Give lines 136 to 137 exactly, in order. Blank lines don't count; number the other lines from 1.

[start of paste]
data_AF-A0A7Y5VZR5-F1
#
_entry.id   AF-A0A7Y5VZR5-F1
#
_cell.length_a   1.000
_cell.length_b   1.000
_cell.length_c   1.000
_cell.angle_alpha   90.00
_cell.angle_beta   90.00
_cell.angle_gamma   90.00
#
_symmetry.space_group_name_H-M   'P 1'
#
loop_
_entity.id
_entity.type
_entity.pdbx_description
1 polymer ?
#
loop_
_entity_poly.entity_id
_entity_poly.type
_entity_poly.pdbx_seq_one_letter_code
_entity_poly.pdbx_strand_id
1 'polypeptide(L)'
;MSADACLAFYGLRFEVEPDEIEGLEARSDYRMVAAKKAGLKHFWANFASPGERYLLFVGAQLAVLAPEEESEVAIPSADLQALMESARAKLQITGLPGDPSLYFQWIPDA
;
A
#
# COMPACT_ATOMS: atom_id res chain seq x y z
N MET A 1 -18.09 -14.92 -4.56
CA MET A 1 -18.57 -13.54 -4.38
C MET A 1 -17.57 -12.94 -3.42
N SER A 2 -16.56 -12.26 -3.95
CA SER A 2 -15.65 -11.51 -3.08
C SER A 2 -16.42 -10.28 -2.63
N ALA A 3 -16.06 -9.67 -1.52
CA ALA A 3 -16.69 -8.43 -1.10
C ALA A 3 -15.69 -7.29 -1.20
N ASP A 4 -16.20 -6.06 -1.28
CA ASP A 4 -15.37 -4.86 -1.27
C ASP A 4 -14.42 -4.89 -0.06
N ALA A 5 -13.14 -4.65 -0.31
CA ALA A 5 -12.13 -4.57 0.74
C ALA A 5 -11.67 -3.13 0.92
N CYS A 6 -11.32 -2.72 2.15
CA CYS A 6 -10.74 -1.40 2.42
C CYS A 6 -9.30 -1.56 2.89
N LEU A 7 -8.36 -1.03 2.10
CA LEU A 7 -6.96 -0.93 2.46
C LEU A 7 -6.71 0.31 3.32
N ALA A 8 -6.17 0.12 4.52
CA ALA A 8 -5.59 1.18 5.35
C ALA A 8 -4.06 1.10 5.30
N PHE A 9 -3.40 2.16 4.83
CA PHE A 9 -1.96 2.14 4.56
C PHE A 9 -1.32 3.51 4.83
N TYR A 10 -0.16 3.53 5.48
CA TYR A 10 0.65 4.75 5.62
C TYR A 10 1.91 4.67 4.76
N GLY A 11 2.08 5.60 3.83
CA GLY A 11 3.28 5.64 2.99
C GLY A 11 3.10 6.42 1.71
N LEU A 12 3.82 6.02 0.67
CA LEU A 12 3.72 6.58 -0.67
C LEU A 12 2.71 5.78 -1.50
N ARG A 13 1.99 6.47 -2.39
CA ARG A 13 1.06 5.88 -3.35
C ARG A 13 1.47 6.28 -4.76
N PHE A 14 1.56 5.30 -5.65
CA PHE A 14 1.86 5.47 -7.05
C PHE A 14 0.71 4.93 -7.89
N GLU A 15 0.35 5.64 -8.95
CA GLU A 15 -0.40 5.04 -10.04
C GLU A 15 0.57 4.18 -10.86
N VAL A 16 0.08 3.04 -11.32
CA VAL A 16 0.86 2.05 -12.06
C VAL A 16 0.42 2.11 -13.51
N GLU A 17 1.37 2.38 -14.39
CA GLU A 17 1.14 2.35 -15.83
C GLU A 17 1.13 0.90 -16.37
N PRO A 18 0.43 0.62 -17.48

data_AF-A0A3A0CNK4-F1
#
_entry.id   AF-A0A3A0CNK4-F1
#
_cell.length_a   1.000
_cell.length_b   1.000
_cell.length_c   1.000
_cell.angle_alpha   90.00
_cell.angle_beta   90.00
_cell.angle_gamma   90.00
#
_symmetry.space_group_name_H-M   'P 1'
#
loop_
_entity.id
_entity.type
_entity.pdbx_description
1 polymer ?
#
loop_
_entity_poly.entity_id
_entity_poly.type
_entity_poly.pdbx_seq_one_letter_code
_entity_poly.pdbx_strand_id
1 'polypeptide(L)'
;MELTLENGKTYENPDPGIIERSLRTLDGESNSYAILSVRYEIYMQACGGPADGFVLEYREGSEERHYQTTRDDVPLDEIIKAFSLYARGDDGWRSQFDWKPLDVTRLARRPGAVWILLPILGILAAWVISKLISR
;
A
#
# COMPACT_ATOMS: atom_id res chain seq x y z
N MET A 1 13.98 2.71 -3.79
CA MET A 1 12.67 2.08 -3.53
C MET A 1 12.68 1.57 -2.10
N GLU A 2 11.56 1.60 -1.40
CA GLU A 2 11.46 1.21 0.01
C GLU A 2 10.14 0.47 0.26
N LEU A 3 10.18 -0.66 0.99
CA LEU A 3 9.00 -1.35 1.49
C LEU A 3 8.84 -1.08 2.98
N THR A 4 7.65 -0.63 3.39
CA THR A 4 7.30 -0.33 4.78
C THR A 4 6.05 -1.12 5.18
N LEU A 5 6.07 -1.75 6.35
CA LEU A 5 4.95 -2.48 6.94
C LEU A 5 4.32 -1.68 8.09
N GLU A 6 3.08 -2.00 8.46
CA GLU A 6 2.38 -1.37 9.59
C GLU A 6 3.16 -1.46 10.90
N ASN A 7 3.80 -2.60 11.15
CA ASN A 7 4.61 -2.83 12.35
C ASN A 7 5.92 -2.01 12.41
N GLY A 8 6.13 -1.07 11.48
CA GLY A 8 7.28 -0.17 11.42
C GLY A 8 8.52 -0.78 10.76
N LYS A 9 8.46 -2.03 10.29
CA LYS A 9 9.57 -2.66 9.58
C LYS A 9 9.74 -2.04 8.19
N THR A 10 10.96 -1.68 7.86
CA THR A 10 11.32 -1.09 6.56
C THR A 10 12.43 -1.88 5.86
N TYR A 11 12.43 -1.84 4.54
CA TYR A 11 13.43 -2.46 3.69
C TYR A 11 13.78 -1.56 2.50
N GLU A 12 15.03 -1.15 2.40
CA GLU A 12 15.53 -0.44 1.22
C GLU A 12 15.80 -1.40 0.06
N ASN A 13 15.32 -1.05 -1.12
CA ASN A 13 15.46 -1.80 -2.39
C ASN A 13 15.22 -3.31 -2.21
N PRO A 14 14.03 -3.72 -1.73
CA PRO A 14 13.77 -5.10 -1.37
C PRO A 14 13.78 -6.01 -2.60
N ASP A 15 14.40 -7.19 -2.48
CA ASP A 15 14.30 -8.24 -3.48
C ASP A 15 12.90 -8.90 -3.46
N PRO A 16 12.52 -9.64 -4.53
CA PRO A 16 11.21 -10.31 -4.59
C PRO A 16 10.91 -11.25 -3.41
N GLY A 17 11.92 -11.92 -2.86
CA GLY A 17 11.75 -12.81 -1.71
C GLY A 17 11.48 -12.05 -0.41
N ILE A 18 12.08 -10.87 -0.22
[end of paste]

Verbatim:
C GLY A 8 8.52 -0.78 10.76
N LYS A 9 8.46 -2.03 10.29